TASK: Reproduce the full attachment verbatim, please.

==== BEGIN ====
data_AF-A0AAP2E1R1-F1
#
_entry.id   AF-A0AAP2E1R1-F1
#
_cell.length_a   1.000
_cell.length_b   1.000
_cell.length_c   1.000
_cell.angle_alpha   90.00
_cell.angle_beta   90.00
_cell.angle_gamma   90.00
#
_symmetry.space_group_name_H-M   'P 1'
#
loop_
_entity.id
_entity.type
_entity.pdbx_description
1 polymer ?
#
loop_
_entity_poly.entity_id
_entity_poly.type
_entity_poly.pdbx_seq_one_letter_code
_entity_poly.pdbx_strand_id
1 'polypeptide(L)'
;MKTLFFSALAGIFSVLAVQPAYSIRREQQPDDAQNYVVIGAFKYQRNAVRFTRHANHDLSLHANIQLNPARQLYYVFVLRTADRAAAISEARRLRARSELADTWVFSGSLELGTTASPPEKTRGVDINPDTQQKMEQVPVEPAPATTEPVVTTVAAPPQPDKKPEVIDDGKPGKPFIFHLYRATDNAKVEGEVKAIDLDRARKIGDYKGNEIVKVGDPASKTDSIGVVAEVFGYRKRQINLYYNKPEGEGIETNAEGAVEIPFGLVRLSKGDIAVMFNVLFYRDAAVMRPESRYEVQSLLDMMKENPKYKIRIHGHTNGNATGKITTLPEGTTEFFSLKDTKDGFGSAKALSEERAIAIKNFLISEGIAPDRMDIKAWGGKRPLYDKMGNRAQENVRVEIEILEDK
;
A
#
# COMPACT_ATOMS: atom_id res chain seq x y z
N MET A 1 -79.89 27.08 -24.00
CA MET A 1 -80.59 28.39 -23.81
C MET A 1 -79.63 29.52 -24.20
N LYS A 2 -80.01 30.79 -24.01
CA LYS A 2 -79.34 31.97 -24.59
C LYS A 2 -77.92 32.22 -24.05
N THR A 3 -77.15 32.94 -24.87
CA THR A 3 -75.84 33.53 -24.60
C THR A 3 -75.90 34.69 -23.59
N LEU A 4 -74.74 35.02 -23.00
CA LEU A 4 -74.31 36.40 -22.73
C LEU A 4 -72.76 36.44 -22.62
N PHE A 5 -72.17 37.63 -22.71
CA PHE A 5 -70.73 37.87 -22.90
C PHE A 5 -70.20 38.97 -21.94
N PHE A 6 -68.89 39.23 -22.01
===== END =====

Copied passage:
data_AF-A0AAP2E1R1-F1
#
_entry.id   AF-A0AAP2E1R1-F1
#
_cell.length_a   1.000
_cell.length_b   1.000
_cell.length_c   1.000
_cell.angle_alpha   90.00
_cell.angle_beta   90.00
_cell.angle_gamma   90.00
#
_symmetry.space_group_name_H-M   'P 1'
#
loop_
_entity.id
_entity.type
_entity.pdbx_description
1 polymer ?
#
loop_
_entity_poly.entity_id
_entity_poly.type
_entity_poly.pdbx_seq_one_letter_code
_entity_poly.pdbx_strand_id
1 'polypeptide(L)'
;MKTLFFSALAGIFSVLAVQPAYSIRREQQPDDAQNYVVIGAFKYQRNAVRFTRHANHDLSLHANIQLNPARQLYYVFVLRTADRAAAISEARRLRARSELADTWVFSGSLELGTTASPPEKTRGVDINPDTQQKMEQVPVEPAPATTEPVVTTVAAPPQPDKKPEVIDDGKPGKPFIFHLYRATDNAKVEGEVKAIDLDRARKIGDYKGNEIVKVGDPASKTDSIGVVAEVFGYRKRQINLYYNKPEGEGIETNAEGAVEIPFGLVRLSKGDIAVMFNVLFYRDAAVMRPESRYEVQSLLDMMKENPKYKIRIHGHTNGNATGKITTLPEGTTEFFSLKDTKDGFGSAKALSEERAIAIKNFLISEGIAPDRMDIKAWGGKRPLYDKMGNRAQENVRVEIEILEDK
;
A
#
# COMPACT_ATOMS: atom_id res chain seq x y z
N MET A 1 -79.89 27.08 -24.00
CA MET A 1 -80.59 28.39 -23.81
C MET A 1 -79.63 29.52 -24.20
N LYS A 2 -80.01 30.79 -24.01
CA LYS A 2 -79.34 31.97 -24.59
C LYS A 2 -77.92 32.22 -24.05
N THR A 3 -77.15 32.94 -24.87
CA THR A 3 -75.84 33.53 -24.60
C THR A 3 -75.90 34.69 -23.59
N LEU A 4 -74.74 35.02 -23.00
CA LEU A 4 -74.31 36.40 -22.73
C LEU A 4 -72.76 36.44 -22.62
N PHE A 5 -72.17 37.63 -22.71
CA PHE A 5 -70.73 37.87 -22.90
C PHE A 5 -70.20 38.97 -21.94
N PHE A 6 -68.89 39.23 -22.01